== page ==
2014, and 7,500 new jobs in the region across a range of roles in the last year, including 6,600 full-time positions.
That is the second-highest employment growth in the country for the December quarter last year. These are all strong
signs of a positive turn-round under this Government in the Northland region. But, of course, we are not done, and we
will continue to help regions through initiatives such as the Korean free-trade agreement, which will deliver real
benefits to exporters in regions like Northland, allowing them to invest in more jobs and deliver higher wages.
David Seymour: How would New Zealand’s net external indebtedness be affected by a large increase in low-quality Government spending
and, therefore, the non-tradable sector, as it did between 2004 and 2009?
Hon STEVEN JOYCE: That is a very good question the member raises. He is right to raise the period 2004 to 2009, because what we saw was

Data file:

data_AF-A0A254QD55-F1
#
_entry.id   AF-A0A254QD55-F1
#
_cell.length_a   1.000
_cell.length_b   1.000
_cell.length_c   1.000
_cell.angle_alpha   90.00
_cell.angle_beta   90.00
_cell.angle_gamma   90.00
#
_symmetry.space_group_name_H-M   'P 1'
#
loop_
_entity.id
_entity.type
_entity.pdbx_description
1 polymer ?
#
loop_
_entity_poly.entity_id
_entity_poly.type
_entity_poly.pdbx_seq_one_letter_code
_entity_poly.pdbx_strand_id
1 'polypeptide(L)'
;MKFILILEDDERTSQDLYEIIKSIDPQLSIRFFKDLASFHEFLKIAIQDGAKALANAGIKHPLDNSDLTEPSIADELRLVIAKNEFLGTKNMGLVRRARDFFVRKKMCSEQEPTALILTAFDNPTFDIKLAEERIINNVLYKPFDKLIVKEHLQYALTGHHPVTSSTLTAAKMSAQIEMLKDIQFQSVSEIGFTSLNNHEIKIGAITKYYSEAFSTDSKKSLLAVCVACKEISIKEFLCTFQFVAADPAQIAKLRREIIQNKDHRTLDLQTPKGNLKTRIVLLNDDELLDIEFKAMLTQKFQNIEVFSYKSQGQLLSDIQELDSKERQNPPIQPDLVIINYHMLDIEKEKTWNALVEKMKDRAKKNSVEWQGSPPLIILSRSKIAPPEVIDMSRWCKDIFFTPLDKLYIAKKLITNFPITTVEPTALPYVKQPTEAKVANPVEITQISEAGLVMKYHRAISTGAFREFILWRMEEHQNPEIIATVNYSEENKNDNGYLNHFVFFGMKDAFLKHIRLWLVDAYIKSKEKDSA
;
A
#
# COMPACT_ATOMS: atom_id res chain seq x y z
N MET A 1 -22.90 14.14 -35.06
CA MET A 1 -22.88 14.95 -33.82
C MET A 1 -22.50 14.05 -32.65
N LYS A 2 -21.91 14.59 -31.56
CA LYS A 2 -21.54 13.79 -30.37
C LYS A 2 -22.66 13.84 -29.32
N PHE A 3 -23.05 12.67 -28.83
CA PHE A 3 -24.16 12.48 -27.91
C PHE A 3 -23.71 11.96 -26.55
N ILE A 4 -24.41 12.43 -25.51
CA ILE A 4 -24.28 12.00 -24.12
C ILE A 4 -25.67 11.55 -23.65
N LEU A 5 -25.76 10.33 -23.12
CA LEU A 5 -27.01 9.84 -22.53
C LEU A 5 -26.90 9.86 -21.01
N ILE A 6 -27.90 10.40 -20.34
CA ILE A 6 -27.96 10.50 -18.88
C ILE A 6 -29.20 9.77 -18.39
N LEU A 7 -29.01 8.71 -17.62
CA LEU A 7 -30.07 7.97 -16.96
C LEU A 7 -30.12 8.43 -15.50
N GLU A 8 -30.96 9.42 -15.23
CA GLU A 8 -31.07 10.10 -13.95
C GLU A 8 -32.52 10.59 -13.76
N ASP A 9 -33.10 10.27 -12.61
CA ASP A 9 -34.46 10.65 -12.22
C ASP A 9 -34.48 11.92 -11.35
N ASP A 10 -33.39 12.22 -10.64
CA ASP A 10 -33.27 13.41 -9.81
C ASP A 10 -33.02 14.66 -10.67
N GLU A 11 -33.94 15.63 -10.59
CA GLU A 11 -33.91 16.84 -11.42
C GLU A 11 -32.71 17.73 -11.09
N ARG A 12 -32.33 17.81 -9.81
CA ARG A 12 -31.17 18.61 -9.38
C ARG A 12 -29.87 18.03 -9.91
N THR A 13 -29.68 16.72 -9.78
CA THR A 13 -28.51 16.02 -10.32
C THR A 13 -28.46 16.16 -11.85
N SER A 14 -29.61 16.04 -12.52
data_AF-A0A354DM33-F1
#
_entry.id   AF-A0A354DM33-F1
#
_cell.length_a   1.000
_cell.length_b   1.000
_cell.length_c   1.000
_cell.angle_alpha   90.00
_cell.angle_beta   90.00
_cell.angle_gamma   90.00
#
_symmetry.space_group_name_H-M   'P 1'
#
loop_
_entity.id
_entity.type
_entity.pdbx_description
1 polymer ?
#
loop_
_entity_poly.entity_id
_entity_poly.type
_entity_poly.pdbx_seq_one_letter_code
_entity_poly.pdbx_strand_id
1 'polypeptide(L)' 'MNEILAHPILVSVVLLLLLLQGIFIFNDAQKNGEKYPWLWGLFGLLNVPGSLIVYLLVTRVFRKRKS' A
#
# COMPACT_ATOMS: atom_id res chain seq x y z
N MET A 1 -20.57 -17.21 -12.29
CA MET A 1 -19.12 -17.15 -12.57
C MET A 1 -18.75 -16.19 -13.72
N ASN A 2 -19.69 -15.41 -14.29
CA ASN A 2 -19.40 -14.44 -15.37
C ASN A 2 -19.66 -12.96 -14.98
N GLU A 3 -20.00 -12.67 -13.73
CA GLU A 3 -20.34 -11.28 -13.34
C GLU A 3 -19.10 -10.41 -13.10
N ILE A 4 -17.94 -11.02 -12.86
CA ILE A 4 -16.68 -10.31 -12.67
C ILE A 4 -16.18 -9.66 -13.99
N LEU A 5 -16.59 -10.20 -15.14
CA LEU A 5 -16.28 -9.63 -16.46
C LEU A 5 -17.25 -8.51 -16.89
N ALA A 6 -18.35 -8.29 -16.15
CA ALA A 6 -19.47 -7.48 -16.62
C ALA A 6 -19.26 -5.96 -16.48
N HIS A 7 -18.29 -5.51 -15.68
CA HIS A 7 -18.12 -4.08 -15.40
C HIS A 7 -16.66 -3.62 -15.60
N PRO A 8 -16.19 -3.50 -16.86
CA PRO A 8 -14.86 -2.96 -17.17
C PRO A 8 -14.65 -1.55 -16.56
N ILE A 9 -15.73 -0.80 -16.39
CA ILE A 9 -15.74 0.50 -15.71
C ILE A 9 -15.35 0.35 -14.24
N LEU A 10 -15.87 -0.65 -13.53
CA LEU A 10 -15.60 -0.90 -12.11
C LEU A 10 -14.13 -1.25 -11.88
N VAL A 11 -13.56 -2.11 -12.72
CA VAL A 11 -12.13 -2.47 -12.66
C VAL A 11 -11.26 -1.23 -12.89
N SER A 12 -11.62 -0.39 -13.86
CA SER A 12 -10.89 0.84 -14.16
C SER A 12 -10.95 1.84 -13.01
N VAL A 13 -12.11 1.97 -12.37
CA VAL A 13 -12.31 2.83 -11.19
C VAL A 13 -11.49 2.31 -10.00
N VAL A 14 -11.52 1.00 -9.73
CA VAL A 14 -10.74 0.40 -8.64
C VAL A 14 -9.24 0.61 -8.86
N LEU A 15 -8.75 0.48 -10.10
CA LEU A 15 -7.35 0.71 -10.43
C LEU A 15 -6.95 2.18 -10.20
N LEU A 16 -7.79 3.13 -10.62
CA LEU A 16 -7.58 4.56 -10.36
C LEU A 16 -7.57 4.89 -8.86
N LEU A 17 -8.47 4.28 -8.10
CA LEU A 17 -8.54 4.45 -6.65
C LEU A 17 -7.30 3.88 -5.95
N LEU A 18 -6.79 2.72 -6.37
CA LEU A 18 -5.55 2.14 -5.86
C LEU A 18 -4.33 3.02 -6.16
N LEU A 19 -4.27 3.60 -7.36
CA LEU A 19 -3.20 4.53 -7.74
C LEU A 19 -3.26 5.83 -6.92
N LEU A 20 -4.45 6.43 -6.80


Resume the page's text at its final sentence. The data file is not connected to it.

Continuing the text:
a big increase in low-quality spending, a big increase in external debt, a crowding out of the private sector, and big
increases of our net international liabilities towards 80 to 85 percent of GDP. 25 Mar 2015 Oral Questions Page 5 of 15
National Library—Changes to Curriculum Topic Loan Service 4. JACINDA ARDERN (Labour) to the Minister of Internal Affairs: How will his decision to cut funding by $392,000 a year to the specialist non-fiction service provided by the National
Library affect access to educational resources for rural schools?
Hon PETER DUNNE (Minister of Internal Affairs): The member’s question is based on a false premise. There has been no cut in funding to the National Library, nor have
I ordered one. The service that she is referring to will be an enhanced service ensuring that more books and resources
from the National Library go to more schools rather than sitting on the library shelves in Wellington gathering dust.
Jacinda Ardern: If there has been no cut why is the National Library claiming it will save $392,000 through these proposed changes and